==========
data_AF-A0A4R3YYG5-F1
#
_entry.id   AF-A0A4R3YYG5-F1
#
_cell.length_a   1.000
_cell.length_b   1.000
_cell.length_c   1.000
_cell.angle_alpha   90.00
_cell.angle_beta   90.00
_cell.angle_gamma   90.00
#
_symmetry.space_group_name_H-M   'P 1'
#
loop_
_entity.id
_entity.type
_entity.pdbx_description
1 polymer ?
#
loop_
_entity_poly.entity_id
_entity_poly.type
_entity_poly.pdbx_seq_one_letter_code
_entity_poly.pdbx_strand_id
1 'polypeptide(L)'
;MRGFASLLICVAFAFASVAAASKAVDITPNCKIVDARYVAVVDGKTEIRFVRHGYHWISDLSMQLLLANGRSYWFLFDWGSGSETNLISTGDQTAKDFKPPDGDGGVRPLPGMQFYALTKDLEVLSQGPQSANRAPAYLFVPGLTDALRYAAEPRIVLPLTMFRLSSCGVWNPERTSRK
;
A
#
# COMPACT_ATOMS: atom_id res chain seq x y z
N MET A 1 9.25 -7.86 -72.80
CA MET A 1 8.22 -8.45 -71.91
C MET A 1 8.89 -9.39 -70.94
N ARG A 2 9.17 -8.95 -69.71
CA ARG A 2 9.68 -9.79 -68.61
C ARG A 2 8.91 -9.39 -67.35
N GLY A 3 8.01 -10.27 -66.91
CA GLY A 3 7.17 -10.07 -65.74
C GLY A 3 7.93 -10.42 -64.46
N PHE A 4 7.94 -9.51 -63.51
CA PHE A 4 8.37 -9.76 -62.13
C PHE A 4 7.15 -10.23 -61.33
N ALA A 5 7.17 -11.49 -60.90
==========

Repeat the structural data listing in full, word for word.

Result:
data_AF-A0A4R3YYG5-F1
#
_entry.id   AF-A0A4R3YYG5-F1
#
_cell.length_a   1.000
_cell.length_b   1.000
_cell.length_c   1.000
_cell.angle_alpha   90.00
_cell.angle_beta   90.00
_cell.angle_gamma   90.00
#
_symmetry.space_group_name_H-M   'P 1'
#
loop_
_entity.id
_entity.type
_entity.pdbx_description
1 polymer ?
#
loop_
_entity_poly.entity_id
_entity_poly.type
_entity_poly.pdbx_seq_one_letter_code
_entity_poly.pdbx_strand_id
1 'polypeptide(L)'
;MRGFASLLICVAFAFASVAAASKAVDITPNCKIVDARYVAVVDGKTEIRFVRHGYHWISDLSMQLLLANGRSYWFLFDWGSGSETNLISTGDQTAKDFKPPDGDGGVRPLPGMQFYALTKDLEVLSQGPQSANRAPAYLFVPGLTDALRYAAEPRIVLPLTMFRLSSCGVWNPERTSRK
;
A
#
# COMPACT_ATOMS: atom_id res chain seq x y z
N MET A 1 9.25 -7.86 -72.80
CA MET A 1 8.22 -8.45 -71.91
C MET A 1 8.89 -9.39 -70.94
N ARG A 2 9.17 -8.95 -69.71
CA ARG A 2 9.68 -9.79 -68.61
C ARG A 2 8.91 -9.39 -67.35
N GLY A 3 8.01 -10.27 -66.91
CA GLY A 3 7.17 -10.07 -65.74
C GLY A 3 7.93 -10.42 -64.46
N PHE A 4 7.94 -9.51 -63.51
CA PHE A 4 8.37 -9.76 -62.13
C PHE A 4 7.15 -10.23 -61.33
N ALA A 5 7.17 -11.49 -60.90